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There are times it seems every other novel I read is a coming of age story. I certainly don’t go looking for them so they must somehow find me. I’m glad Red Ruby Heart In A Cold Blue Sea made its way to me though. A debut novel by US writer Morgan Callan Rogers it’s a beautiful book, set in the 1960s, with a mystery at its core and a flawed and feisty heroine roaring from every page.
Florine Gilham is a lobsterman’s daughter whose childhood in a village on the coast of Maine is idyllic. She runs wild with her friends, bakes cookies with her grandmother and hangs out at the beach with her pretty young mother Carlie
Then Carlie disappears without a trace while on holiday with a friend and her family is left to struggle with the grief that fills the gap she’s left behind. Florine’s father loses himself in drinking, while the child lives in hope her mother will be found. “We’ve got to get on with things,” the pair tell each other. But Florine isn’t about to get on with the new woman pushing her way into her father’s life and her rebellion is both spirited and heartbreaking.
There’s a lot of sadness and loss running through this book but it’s tempered by decent honest humour and by the joy of Florine’s friendships. There’s her gruff friend Dottie, her Grand who’s always full of wisdom and Bud the sweet boy who lets her cry on his shoulder. While Florine is at the centre of the story, this is very much an ensemble piece with a cast of wonderful characters. They’re people to be engaged by and come to care about. Their reactions and emotions seem real.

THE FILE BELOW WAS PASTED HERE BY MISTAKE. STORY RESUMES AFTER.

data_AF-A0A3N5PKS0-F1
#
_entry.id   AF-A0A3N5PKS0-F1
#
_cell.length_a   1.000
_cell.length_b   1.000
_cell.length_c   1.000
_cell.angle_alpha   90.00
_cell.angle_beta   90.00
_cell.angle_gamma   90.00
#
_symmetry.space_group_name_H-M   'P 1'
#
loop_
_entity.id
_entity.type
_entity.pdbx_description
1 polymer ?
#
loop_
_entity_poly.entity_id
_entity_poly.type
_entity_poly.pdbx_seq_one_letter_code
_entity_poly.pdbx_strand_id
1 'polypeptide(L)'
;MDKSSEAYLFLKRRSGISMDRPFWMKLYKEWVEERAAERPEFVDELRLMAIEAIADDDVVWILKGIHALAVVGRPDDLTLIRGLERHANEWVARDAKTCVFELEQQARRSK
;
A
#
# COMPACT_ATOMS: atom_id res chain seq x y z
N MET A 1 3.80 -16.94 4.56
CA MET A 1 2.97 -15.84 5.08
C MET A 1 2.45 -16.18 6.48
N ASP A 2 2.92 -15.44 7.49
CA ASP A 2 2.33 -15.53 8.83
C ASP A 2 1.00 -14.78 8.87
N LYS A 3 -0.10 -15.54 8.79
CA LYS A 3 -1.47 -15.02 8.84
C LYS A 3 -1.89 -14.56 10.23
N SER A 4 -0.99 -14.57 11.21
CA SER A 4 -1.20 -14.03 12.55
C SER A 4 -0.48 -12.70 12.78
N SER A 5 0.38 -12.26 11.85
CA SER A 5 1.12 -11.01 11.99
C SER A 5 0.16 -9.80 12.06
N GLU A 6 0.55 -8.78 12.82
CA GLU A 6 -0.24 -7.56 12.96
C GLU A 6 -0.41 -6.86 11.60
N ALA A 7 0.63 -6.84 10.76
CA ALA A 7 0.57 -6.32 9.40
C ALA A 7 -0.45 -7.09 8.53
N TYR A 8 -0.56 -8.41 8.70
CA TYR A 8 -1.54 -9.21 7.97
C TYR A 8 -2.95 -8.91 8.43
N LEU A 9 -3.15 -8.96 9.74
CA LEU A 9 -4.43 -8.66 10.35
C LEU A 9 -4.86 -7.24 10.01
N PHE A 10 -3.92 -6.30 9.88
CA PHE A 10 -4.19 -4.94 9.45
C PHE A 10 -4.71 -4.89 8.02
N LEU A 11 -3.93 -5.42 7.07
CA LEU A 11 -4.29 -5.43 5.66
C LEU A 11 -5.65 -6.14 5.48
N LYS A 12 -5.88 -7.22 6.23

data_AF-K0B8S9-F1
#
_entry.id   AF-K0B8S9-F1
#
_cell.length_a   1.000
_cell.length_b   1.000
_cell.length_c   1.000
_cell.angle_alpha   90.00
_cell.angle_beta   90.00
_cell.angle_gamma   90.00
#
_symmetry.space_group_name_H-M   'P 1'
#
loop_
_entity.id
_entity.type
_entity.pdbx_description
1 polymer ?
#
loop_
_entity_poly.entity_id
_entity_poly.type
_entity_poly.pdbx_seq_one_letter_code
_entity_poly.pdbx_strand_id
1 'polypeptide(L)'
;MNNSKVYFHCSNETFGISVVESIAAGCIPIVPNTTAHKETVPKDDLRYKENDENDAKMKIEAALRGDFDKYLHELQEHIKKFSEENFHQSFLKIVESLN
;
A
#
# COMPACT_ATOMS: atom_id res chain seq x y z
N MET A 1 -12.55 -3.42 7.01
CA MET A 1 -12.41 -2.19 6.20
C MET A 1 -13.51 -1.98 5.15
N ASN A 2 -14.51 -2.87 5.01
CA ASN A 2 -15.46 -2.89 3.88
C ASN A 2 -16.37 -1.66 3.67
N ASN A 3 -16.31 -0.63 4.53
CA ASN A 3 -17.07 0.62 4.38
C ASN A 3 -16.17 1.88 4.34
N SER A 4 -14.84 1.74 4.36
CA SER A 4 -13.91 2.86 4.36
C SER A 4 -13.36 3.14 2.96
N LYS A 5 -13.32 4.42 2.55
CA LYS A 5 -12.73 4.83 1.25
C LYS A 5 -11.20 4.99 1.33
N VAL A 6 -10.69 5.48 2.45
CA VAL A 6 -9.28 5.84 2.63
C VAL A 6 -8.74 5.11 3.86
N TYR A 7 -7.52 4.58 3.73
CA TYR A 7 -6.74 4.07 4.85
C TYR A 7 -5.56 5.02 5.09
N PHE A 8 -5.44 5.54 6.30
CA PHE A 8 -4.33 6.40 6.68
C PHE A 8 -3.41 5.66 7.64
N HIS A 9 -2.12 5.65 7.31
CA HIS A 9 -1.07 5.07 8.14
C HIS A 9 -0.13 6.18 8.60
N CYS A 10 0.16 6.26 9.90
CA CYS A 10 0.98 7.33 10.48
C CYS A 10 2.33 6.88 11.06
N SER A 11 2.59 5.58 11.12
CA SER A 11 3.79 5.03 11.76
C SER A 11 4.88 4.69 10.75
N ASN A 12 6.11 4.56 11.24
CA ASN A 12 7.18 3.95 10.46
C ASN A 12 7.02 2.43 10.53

In Germany half a million copies of this book have been sold so far. It’s an easy read – often that’s a term used in a pejorative sense but from me it’s high praise. I think it a huge achievement to write a book for readers to disappear in as thoroughly as I did Red Ruby Heart In A Cold Blue Sea. I felt the emotions, reeled from every setback Florine suffered, cried and laughed through the roller coaster of her adolescence
Author Morgan Callan Rogers is 60 – relatively old to be publishing her first novel – but her maturity and wisdom shines through. She has a great sense of both place and people. And no one who has never suffered loss or made mistakes in her own life could write a character like Florine.
It’s an accomplished debut, poignant and genuine. If you demand neat endings and every mystery solved then this book won’t deliver. To me that’s another of its assets though. Not every last thing in life can be explained, some just have to be got on with. This is the story of how Florine gets on and I loved it.